It Happens! Nicole Motes, Catie Staszak, Kirstie Dobbs, and Jessi Lohman

Nicole Motes. Photo by Shawn McMillen.

From the magazine

We all make mistakes. But horse people, as a group, aren’t always the best at handling them. So TPH reached out to some top riders to share their own show ring bloopers to prove, once and for all, that mistakes really do happen to the best of us!

Hear more It Happens moments at

Nicole Motes

“I was showing a young horse in Florida and she finally took a deep breath on course. Then, as I was coming to the outside line, a huge tree branch snapped and fell behind her. She spooked and ran—understandable. I circled back to the jump and there was a large bird sitting on the standard. Then it flew alongside us for the rest of the course!

It was a string of bad luck that kept getting worse. A squirrel ran out from a jump while we jumped it in that round, too. It was like all of nature ganged up on us!

Luckily, the horse doesn’t have a fear of birds in the show ring today. I’m not sure I can say the same.”

Catie Staszak

“In 2019, I spent nine straight weeks on the road working in four different countries, from the U.S. to Canada, Mexico, and Switzerland. When I returned home to Castlewood Farm, there were at least a half-dozen horses I didn’t know.

Susan Tuccinardi and Alan Korotkin were at the show, and a note was left for me that I could ride Magic. I had never met Magic, but I understood that he was a tall dark bay gelding that had just returned to the barn off a lease. I located a horse that met the description, tacked him up and had a lovely ride. I brought him back to the barn, and the veterinarian arrived, looking for another new horse named Kelli. ‘There he is,’ she said, pointing to the horse I had just ridden. Oh no. ‘Are you certain this is Kelli?’ I asked. Unfortunately, her answer was yes.

So, I proceeded to ride Magic again—this time, the real Magic. I was the brunt of barn jokes for the next week.”

Catie Staszak. Photo by Anne Gittens.

Kirstie Dobbs

“As a working amateur rider who lives in Massachusetts—but whose barn is in Indiana—time in the ring with my horse is very precious. This past summer, I was showing at the Traverse City Horse Show. I rarely get to see my parents, so they made the six-hour drive to watch!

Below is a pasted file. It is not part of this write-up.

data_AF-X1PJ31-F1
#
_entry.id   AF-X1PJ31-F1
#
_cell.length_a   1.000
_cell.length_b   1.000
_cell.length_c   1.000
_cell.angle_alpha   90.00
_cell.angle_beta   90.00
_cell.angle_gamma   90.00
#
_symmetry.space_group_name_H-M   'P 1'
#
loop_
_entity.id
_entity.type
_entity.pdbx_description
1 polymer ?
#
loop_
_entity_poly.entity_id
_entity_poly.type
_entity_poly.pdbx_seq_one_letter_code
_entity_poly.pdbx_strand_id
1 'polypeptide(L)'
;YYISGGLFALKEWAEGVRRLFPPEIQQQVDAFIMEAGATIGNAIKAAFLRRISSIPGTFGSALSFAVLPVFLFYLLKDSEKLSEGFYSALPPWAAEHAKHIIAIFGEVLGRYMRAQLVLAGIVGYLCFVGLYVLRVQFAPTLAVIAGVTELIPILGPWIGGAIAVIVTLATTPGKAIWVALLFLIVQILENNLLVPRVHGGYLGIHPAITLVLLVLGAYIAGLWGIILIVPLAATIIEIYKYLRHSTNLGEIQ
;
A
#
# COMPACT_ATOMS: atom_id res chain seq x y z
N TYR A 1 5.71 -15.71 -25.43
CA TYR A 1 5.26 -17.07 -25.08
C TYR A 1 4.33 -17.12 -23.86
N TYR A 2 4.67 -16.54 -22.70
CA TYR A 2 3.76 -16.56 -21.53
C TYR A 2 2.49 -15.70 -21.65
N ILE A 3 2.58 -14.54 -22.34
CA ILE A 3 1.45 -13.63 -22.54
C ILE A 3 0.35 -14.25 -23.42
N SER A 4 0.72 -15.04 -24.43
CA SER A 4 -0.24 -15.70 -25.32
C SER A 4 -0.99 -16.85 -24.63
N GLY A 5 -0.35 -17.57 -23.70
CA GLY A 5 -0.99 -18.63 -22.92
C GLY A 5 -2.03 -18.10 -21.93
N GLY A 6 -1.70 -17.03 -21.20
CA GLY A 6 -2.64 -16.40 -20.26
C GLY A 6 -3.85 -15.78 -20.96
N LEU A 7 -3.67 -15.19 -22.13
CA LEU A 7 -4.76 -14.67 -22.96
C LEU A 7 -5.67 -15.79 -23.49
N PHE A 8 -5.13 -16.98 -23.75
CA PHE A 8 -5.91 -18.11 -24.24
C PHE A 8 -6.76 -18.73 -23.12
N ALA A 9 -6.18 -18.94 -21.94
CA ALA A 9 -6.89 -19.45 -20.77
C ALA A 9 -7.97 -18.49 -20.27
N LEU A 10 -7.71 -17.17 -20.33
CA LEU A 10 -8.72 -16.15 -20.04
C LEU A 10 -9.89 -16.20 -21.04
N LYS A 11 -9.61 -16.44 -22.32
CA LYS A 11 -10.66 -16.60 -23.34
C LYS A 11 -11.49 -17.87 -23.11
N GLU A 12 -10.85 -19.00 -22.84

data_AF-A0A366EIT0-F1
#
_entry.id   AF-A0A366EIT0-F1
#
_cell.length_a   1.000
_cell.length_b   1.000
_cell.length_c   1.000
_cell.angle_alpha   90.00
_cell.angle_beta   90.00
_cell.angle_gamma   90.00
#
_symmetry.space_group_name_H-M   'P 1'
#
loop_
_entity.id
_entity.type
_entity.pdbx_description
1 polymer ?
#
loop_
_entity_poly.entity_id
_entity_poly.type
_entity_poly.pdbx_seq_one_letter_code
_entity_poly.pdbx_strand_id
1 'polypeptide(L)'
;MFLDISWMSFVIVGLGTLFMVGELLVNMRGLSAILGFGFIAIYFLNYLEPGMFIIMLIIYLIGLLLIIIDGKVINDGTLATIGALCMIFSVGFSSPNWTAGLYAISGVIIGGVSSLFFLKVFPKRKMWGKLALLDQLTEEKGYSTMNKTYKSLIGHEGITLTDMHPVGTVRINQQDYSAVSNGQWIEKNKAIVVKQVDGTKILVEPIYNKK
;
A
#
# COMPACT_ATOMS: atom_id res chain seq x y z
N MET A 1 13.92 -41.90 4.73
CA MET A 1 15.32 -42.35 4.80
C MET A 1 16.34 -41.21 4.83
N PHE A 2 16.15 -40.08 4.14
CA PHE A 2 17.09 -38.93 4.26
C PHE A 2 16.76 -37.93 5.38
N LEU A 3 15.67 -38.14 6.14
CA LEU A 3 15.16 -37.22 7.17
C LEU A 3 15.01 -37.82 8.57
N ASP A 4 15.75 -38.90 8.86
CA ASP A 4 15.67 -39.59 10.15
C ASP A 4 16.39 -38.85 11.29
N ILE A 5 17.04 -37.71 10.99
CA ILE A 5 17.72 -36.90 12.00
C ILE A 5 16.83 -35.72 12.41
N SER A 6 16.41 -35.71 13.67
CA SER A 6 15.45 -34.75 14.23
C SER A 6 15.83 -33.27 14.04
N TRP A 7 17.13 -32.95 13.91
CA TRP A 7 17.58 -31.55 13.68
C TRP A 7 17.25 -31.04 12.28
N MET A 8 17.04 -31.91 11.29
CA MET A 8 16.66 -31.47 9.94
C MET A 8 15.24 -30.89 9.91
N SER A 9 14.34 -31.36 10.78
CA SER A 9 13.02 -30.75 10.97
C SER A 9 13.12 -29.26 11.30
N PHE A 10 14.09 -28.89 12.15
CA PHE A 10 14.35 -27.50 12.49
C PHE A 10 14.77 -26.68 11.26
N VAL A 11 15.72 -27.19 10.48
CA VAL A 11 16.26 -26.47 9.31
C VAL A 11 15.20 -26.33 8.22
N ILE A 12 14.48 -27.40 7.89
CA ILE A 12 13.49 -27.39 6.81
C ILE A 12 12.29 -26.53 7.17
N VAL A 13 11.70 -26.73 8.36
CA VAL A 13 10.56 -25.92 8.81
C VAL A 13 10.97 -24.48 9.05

The horse I was showing was semi-retired at the time, and she only showed in one class the entire horse show—the National Derby. My mare was beautifully turned out, thanks to our amazing grooms Jose and Will Castillo. We have been showing together for about six years in the jumpers, equitation, and hunters and we absolutely love each other.

I remember galloping to the last jump and feeling a sense of joy and accomplishment as we came into our finishing circle…but there was no score. And why did my trainer have a pained look on her face? Turns out that in my excitement to head into the ring, I completely forgot the first jump of the course and confidently headed straight to jump two.

The judges were kind enough to let me finish without saying a word. About 20 horses had gone ahead of me, and I had watched plenty of rounds. There was no excuse, just brutal acceptance of the fact that sometimes, no matter how hard you try, it happens.”

Kirstie Dobbs. Photo by Kate at The In Gate.

Jessi Lohman

“Addison is the ‘family horse’ for my husband Alan and myself. In 2022, Washington started off great for Addison, winning the High Performance Conformation Stake with Alan, and I got a third over fences in the Older 3’6” Amateurs and a good hack prize.

The second day for the Amateurs started with the handy. Things were going just fine, then I pop chipped into the two-stride right in front of the judges so badly that I had to circle out. I was mortified.

I typically ride with Chris Wynne, but he wasn’t able to be there that day, so he handed training duties over to Jack Towell. Poor Jack. We warmed up well for the Stake class, but I still wasn’t really speaking. As we walked down the ramp, I just nodded my head respectively as Jack would ask me questions or give instruction. And then Addison and I walked in the ring and had our best trip to date, resulting in another third. Jack breathed a gigantic sign of relief and was still whooping and clapping as we walked out of the ring.

So, Washington will go down as an 87-40-88 for me. But as my father has always said, ‘Horse showing is all about peaks and valleys.’ Those were extreme peaks and valleys at Washington last year!

Jessi Lohman. Photo by Shawn McMillen.

This Post is Brought to You by:

America Cryo

Subzero equine therapy uses pressurized CO2 to target very specific areas such as joints, including the hock, stifle, pastern and fetlock, resulting in optimized range of motion and reduced pain.

  • Initial results visible within just 60 seconds
  • Infrared temperature and distance sensors for real-time control
  • Rapid attachment systems for faster setup and storage
  • Long-lasting battery and 15’ polyurethane-shielded cord
  • Backlit, interactive LCD screen shows treatment data
  • Treatment protocols for different conditions

Vets, trainers and physiotherapists report rapid pain relief and overall faster recovery from equine injuries through targeted cold therapy. This versatile and easy-to-use device treats numerous regions of the sports horse’s body for effective maintenance and injury prevention.